# Math Insight

### The tangent line as a linear approximation

Math 1241, Fall 2019
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Due date: Oct. 18, 2019, 11:59 p.m.
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Total points: 3
1. Let $f(x)=x^{2}$. We will calculate linear approximations of $f$ around different points. But first, sketch the graph of $f$ below.
Feedback from applet
function:
linear approximation locations:
linear approximation slopes:
number of linear approximations:
1. As a first step toward calculating linear approximations, calculate the derivative: $f'(x)$ =

The linear approximation (or tangent line) to $f$ around $x=2$ is a line through the point $(2,f(2))$ with slope $f'(2)$: $y=f'(2)(x-2) + f(2)$. Write the equation for this linear approximation.
$y=$

Sketch this linear approximation on the above graph.

2. This linear approximation was calculated from the value and slope of $f$ at $x=2$, but we can use it to estimate values of $f$ for different values of $x$. To emphasize this fact, let's denoted the linear approximation by $L_{ 2 }(x)$. Rewrite the linear approximation using this notation.
$L_{ 2 }(x) =$

Let's compare the values of the actual function $f(x)$ and this particular linear approximation $L_{ 2 }(x)$ for the following values: $x=1, 2, 1.9, 2.1, 10$. (For all these values of $x$, we are still using the linear approximation calculated from $x=2$, i.e., equation you just calculated above. That's why we denote it $L_{ 2 }$.)

$f(1)=$
, $L_{ 2 }(1)=$

$f(2)=$
, $L_{ 2 }(2)=$

$f(1.9)=$
, $L_{ 2 }(1.9)=$

$f(2.1)=$
, $L_{ 2 }(2.1)=$

$f(10)=$
, $L_{ 2 }(10)=$

For which of these values is $L_{ 2 }(x)$ close to $f(x)$ (within a few percent of $f(x)$)?

For which of these values is $L_{ 2 }(x)$ a bad approximation to $f(x)$ (deviating more than 50% from $f(x)$)?

The linear approximation $L_{ 2 }(x)$ calculated from $x=2$ is a good approximation to $f(x)$ when $x$ is

. (This should correspond to values of $x$ where the tangent line calculated at $x=2$ is close to the graph of $f$.)

3. We can also calculate linear approximations around other values of $x$. Calculate the linear approximation around $x=-1$. Write it as the equation of a tangent line:
$y=$

Also, write it using $L_{ -1 }(x)$. The $-1$ in $L_{ -1 }(x)$ means we calculate the linear approximation at $x=-1$.
$L_{ -1 }(x)=$

Sketch the graph of this second linear approximation on the above graph.

Compare the value of $f(x)$ to the value of the linear approximation $L_{ -1 }(x)$ (calculated at $x=-1$) for the following values: $x=-2, -1, -1.1, -0.9, 10$.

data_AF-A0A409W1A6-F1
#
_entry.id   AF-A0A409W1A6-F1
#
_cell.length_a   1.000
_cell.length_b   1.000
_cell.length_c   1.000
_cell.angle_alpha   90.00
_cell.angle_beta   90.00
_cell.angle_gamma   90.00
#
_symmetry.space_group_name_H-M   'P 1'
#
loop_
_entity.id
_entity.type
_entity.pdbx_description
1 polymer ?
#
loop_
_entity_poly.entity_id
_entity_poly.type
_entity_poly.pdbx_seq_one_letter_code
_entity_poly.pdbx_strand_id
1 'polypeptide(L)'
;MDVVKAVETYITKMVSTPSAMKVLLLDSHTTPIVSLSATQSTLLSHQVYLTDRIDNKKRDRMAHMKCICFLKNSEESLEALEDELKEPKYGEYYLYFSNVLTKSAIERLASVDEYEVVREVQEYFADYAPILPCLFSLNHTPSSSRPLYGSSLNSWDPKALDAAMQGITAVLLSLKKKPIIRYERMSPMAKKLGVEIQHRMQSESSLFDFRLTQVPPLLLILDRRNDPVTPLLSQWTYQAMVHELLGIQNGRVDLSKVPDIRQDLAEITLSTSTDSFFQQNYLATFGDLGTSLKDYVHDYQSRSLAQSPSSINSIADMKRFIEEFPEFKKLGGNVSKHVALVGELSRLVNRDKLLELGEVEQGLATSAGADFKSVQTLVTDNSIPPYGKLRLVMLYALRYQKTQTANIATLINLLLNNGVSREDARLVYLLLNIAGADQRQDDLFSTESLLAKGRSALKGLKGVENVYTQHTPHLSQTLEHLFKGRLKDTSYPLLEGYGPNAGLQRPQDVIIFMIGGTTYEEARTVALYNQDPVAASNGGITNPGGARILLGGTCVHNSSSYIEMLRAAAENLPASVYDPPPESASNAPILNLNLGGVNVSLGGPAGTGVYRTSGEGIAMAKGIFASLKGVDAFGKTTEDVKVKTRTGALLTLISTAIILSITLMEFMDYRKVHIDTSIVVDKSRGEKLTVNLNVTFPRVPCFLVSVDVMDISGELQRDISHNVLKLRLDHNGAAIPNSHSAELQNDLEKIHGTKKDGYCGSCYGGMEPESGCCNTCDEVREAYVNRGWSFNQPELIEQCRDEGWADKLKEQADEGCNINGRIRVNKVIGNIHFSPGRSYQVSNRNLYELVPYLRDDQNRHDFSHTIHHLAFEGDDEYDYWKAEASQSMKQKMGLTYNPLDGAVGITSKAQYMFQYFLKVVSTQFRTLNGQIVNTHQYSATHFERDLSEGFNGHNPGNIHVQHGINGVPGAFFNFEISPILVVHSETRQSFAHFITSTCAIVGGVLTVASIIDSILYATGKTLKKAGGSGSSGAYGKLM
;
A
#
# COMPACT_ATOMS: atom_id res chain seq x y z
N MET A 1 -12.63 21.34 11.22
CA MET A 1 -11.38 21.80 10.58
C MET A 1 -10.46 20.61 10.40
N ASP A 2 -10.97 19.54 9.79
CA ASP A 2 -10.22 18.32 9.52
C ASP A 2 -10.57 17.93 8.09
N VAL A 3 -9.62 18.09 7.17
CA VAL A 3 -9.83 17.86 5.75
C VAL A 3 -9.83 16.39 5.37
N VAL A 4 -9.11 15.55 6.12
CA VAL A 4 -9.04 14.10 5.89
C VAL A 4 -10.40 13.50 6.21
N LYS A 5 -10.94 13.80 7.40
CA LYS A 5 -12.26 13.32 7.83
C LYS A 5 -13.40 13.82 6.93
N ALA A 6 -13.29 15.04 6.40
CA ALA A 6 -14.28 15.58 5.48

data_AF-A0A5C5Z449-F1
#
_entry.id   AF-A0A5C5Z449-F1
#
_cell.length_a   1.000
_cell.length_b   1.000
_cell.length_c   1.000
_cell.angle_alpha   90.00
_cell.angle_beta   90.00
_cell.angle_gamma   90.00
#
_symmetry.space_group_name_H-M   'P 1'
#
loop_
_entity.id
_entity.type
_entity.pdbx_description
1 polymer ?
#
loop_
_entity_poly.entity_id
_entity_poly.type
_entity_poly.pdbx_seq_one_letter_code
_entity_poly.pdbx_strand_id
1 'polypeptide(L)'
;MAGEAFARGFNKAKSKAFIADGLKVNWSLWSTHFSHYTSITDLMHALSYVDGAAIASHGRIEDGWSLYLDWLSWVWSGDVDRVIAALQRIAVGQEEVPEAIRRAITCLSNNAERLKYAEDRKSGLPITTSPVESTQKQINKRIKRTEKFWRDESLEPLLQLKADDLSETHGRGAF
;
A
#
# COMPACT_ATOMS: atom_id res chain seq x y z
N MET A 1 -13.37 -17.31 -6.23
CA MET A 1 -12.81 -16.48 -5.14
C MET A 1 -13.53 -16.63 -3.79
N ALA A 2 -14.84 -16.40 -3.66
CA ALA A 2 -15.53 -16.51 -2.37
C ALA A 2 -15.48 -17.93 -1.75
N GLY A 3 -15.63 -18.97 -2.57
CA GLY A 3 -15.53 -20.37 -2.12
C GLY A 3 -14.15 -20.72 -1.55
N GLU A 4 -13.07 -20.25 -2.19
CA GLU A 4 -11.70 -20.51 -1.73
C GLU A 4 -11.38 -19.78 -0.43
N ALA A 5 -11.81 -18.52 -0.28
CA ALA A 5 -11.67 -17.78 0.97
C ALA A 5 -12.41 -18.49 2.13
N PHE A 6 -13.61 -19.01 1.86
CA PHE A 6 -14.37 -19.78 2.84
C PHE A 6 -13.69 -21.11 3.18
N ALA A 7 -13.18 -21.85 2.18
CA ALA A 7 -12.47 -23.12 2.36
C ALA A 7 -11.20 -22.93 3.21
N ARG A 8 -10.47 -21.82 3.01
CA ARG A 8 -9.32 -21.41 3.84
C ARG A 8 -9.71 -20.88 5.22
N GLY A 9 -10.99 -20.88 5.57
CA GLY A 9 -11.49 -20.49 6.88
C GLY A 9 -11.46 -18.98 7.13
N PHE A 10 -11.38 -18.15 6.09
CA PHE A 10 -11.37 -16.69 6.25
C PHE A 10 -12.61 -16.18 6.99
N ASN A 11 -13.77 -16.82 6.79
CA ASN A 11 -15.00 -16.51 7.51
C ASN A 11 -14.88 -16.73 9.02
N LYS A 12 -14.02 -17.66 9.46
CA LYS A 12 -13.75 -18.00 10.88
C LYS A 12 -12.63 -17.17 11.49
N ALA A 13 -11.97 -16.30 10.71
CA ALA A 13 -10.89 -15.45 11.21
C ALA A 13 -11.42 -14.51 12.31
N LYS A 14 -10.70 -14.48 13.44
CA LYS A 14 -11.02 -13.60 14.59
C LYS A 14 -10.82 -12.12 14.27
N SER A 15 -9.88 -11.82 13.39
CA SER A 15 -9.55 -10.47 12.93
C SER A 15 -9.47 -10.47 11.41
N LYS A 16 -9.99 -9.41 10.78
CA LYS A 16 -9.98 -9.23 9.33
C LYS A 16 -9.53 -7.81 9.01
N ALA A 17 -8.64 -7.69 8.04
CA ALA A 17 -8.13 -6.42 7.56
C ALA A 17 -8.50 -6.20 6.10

$f(-2)=$
, $L_{ -1 }(-2)=$

$f(-1)=$
, $L_{ -1 }(-1)=$

$f(-1.1)=$
, $L_{ -1 }(-1.1)=$

$f(-0.9)=$
, $L_{ -1 }(-0.9)=$

$f(10)=$
, $L_{ -1 }(10)=$

For which of these values is $L_{ -1 }(x)$ close to $f(x)$ (within a few percent of $f(x)$)?

For which of these values is $L_{ -1 }(x)$ a bad approximation to $f(x)$ (deviating more than 50% from $f(x)$)?

The linear approximation $L_{ -1 }(x)$ calculated from $x=-1$ is a good approximation to $f(x)$ when $x$ is

. (This should correspond to values of $x$ where the tangent line calculated at $x=-1$ is close to the graph of $f$.)

2. We can find linear approximations of functions of different variables than $x$. For example, let $g(t)=t^n e^{1-t}$, where $n$ is some number.
1. Let $n=1$, so $g(t)=$
and $g'(t)=$

Find the equation for the tangent line of $g$ at $t=0$.
$y=$

Find the equation for the linear approximation of $g$ around $t=1$
$L_{1}(t)=$

On the below graph of $g$, plot the tangent lines corresponding to these two linear approximations.

Feedback from applet
number of tangents:
parameter n:
tangent locations:
2. Let $n=2$, so $g(t)=$
and $g'(t)=$

Find the equation for the tangent line of $g$ at $t=0$.
$y=$

Find the equation for the linear approximation of $g$ around $t=1$
$L_{1}(t)=$

Find the equation for the linear approximation of $g$ around $t=2$
$L_{2}(t)=$

On the below graph of $g$, plot the tangent lines corresponding to these three linear approximations.

Feedback from applet
number of tangents:
parameter n:
tangent locations:

3. Let $h(x)=\ln{\left (x^{2} + 1 \right )}$. Find linear approximations for $h(x)$ around $x=-1$, $x=0$, and $x=1$.

Around $x=-1$: $L_{-1}(x)=$

Around $x=0$: $L_0(x)=$

Around $x=1$: $L_1(x)=$